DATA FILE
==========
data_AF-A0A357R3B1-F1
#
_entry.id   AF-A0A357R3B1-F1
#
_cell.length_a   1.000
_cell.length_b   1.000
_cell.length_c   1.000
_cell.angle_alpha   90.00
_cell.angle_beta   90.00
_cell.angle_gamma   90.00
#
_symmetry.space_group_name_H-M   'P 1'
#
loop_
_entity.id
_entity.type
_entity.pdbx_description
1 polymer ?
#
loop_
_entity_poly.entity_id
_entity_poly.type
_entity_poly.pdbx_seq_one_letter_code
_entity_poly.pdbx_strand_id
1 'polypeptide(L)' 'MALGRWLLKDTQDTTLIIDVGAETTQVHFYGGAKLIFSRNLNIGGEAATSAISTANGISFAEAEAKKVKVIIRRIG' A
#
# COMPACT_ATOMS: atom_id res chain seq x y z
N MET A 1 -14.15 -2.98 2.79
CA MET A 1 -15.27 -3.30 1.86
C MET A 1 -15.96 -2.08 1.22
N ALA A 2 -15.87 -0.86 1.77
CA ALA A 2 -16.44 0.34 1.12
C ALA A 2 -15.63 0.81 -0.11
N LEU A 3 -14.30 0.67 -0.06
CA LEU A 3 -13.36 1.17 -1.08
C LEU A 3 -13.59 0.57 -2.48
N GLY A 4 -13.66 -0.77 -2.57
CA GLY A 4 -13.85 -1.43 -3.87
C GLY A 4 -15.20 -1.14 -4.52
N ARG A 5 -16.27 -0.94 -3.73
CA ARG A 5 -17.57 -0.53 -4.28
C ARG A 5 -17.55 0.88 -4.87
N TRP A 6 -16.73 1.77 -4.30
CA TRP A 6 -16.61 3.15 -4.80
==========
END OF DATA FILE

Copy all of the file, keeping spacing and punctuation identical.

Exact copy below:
data_AF-A0A357R3B1-F1
#
_entry.id   AF-A0A357R3B1-F1
#
_cell.length_a   1.000
_cell.length_b   1.000
_cell.length_c   1.000
_cell.angle_alpha   90.00
_cell.angle_beta   90.00
_cell.angle_gamma   90.00
#
_symmetry.space_group_name_H-M   'P 1'
#
loop_
_entity.id
_entity.type
_entity.pdbx_description
1 polymer ?
#
loop_
_entity_poly.entity_id
_entity_poly.type
_entity_poly.pdbx_seq_one_letter_code
_entity_poly.pdbx_strand_id
1 'polypeptide(L)' 'MALGRWLLKDTQDTTLIIDVGAETTQVHFYGGAKLIFSRNLNIGGEAATSAISTANGISFAEAEAKKVKVIIRRIG' A
#
# COMPACT_ATOMS: atom_id res chain seq x y z
N MET A 1 -14.15 -2.98 2.79
CA MET A 1 -15.27 -3.30 1.86
C MET A 1 -15.96 -2.08 1.22
N ALA A 2 -15.87 -0.86 1.77
CA ALA A 2 -16.44 0.34 1.12
C ALA A 2 -15.63 0.81 -0.11
N LEU A 3 -14.30 0.67 -0.06
CA LEU A 3 -13.36 1.17 -1.08
C LEU A 3 -13.59 0.57 -2.48
N GLY A 4 -13.66 -0.77 -2.57
CA GLY A 4 -13.85 -1.43 -3.87
C GLY A 4 -15.20 -1.14 -4.52
N ARG A 5 -16.27 -0.94 -3.73
CA ARG A 5 -17.57 -0.53 -4.28
C ARG A 5 -17.55 0.88 -4.87
N TRP A 6 -16.73 1.77 -4.30
CA TRP A 6 -16.61 3.15 -4.80